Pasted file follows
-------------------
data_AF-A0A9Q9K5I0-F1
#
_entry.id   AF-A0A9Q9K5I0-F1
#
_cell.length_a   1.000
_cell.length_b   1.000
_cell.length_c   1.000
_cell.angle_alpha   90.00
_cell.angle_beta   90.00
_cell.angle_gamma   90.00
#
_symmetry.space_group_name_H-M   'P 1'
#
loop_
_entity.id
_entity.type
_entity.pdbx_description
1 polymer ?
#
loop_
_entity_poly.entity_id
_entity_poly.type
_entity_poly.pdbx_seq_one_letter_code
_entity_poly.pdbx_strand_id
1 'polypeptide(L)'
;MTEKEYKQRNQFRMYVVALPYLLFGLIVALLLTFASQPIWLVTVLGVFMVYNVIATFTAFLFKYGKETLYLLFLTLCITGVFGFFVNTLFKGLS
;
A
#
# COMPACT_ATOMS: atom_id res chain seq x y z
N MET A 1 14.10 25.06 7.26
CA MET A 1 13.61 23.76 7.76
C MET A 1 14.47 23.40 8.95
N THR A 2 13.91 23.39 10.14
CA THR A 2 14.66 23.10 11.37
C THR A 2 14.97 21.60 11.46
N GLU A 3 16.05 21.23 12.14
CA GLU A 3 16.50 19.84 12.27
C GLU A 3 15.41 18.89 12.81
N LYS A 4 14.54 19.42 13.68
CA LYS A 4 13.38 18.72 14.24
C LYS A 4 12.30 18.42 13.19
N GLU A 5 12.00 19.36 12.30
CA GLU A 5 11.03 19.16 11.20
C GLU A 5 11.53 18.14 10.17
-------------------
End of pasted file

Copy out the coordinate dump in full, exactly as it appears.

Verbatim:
data_AF-A0A9Q9K5I0-F1
#
_entry.id   AF-A0A9Q9K5I0-F1
#
_cell.length_a   1.000
_cell.length_b   1.000
_cell.length_c   1.000
_cell.angle_alpha   90.00
_cell.angle_beta   90.00
_cell.angle_gamma   90.00
#
_symmetry.space_group_name_H-M   'P 1'
#
loop_
_entity.id
_entity.type
_entity.pdbx_description
1 polymer ?
#
loop_
_entity_poly.entity_id
_entity_poly.type
_entity_poly.pdbx_seq_one_letter_code
_entity_poly.pdbx_strand_id
1 'polypeptide(L)'
;MTEKEYKQRNQFRMYVVALPYLLFGLIVALLLTFASQPIWLVTVLGVFMVYNVIATFTAFLFKYGKETLYLLFLTLCITGVFGFFVNTLFKGLS
;
A
#
# COMPACT_ATOMS: atom_id res chain seq x y z
N MET A 1 14.10 25.06 7.26
CA MET A 1 13.61 23.76 7.76
C MET A 1 14.47 23.40 8.95
N THR A 2 13.91 23.39 10.14
CA THR A 2 14.66 23.10 11.37
C THR A 2 14.97 21.60 11.46
N GLU A 3 16.05 21.23 12.14
CA GLU A 3 16.50 19.84 12.27
C GLU A 3 15.41 18.89 12.81
N LYS A 4 14.54 19.42 13.68
CA LYS A 4 13.38 18.72 14.24
C LYS A 4 12.30 18.42 13.19
N GLU A 5 12.00 19.36 12.30
CA GLU A 5 11.03 19.16 11.20
C GLU A 5 11.53 18.14 10.17